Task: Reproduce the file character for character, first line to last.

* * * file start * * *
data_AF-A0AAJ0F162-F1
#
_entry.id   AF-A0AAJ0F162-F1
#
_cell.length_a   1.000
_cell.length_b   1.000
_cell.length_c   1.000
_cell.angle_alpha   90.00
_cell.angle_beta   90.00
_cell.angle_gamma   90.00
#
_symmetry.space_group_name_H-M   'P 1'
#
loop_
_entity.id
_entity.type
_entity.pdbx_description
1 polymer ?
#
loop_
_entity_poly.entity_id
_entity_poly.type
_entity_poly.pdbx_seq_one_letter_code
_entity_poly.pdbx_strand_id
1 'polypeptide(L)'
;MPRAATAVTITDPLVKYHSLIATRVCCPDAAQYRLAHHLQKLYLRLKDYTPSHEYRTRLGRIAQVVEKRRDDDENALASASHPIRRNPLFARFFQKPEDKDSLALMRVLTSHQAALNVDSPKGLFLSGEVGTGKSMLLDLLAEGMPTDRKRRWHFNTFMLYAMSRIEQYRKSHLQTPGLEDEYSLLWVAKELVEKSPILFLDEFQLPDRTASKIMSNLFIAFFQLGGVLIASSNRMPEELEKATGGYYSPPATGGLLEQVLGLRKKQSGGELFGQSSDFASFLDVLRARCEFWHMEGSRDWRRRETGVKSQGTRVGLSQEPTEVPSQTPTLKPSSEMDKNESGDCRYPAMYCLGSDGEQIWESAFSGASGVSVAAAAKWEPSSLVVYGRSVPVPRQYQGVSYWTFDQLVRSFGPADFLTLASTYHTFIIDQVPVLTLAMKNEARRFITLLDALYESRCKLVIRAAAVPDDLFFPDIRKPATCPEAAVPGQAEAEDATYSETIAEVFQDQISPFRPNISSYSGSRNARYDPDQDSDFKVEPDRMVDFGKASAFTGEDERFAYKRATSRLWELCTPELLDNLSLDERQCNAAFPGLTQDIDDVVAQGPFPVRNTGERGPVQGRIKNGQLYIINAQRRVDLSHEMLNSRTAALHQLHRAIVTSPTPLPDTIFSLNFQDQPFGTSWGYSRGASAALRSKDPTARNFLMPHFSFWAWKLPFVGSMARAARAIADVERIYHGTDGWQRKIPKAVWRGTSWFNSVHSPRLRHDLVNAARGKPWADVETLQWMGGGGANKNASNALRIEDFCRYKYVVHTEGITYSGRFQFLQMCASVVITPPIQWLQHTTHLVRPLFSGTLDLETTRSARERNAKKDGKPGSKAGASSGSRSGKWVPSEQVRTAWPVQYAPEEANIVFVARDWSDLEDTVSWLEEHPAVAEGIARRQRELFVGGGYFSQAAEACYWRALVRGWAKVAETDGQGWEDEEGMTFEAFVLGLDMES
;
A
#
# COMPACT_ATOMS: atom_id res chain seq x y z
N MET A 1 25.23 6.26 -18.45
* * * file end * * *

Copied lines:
data_AF-A0AAJ0F162-F1
#
_entry.id   AF-A0AAJ0F162-F1
#
_cell.length_a   1.000
_cell.length_b   1.000
_cell.length_c   1.000
_cell.angle_alpha   90.00
_cell.angle_beta   90.00
_cell.angle_gamma   90.00
#
_symmetry.space_group_name_H-M   'P 1'
#
loop_
_entity.id
_entity.type
_entity.pdbx_description
1 polymer ?
#
loop_
_entity_poly.entity_id
_entity_poly.type
_entity_poly.pdbx_seq_one_letter_code
_entity_poly.pdbx_strand_id
1 'polypeptide(L)'
;MPRAATAVTITDPLVKYHSLIATRVCCPDAAQYRLAHHLQKLYLRLKDYTPSHEYRTRLGRIAQVVEKRRDDDENALASASHPIRRNPLFARFFQKPEDKDSLALMRVLTSHQAALNVDSPKGLFLSGEVGTGKSMLLDLLAEGMPTDRKRRWHFNTFMLYAMSRIEQYRKSHLQTPGLEDEYSLLWVAKELVEKSPILFLDEFQLPDRTASKIMSNLFIAFFQLGGVLIASSNRMPEELEKATGGYYSPPATGGLLEQVLGLRKKQSGGELFGQSSDFASFLDVLRARCEFWHMEGSRDWRRRETGVKSQGTRVGLSQEPTEVPSQTPTLKPSSEMDKNESGDCRYPAMYCLGSDGEQIWESAFSGASGVSVAAAAKWEPSSLVVYGRSVPVPRQYQGVSYWTFDQLVRSFGPADFLTLASTYHTFIIDQVPVLTLAMKNEARRFITLLDALYESRCKLVIRAAAVPDDLFFPDIRKPATCPEAAVPGQAEAEDATYSETIAEVFQDQISPFRPNISSYSGSRNARYDPDQDSDFKVEPDRMVDFGKASAFTGEDERFAYKRATSRLWELCTPELLDNLSLDERQCNAAFPGLTQDIDDVVAQGPFPVRNTGERGPVQGRIKNGQLYIINAQRRVDLSHEMLNSRTAALHQLHRAIVTSPTPLPDTIFSLNFQDQPFGTSWGYSRGASAALRSKDPTARNFLMPHFSFWAWKLPFVGSMARAARAIADVERIYHGTDGWQRKIPKAVWRGTSWFNSVHSPRLRHDLVNAARGKPWADVETLQWMGGGGANKNASNALRIEDFCRYKYVVHTEGITYSGRFQFLQMCASVVITPPIQWLQHTTHLVRPLFSGTLDLETTRSARERNAKKDGKPGSKAGASSGSRSGKWVPSEQVRTAWPVQYAPEEANIVFVARDWSDLEDTVSWLEEHPAVAEGIARRQRELFVGGGYFSQAAEACYWRALVRGWAKVAETDGQGWEDEEGMTFEAFVLGLDMES
;
A
#
# COMPACT_ATOMS: atom_id res chain seq x y z
N MET A 1 25.23 6.26 -18.45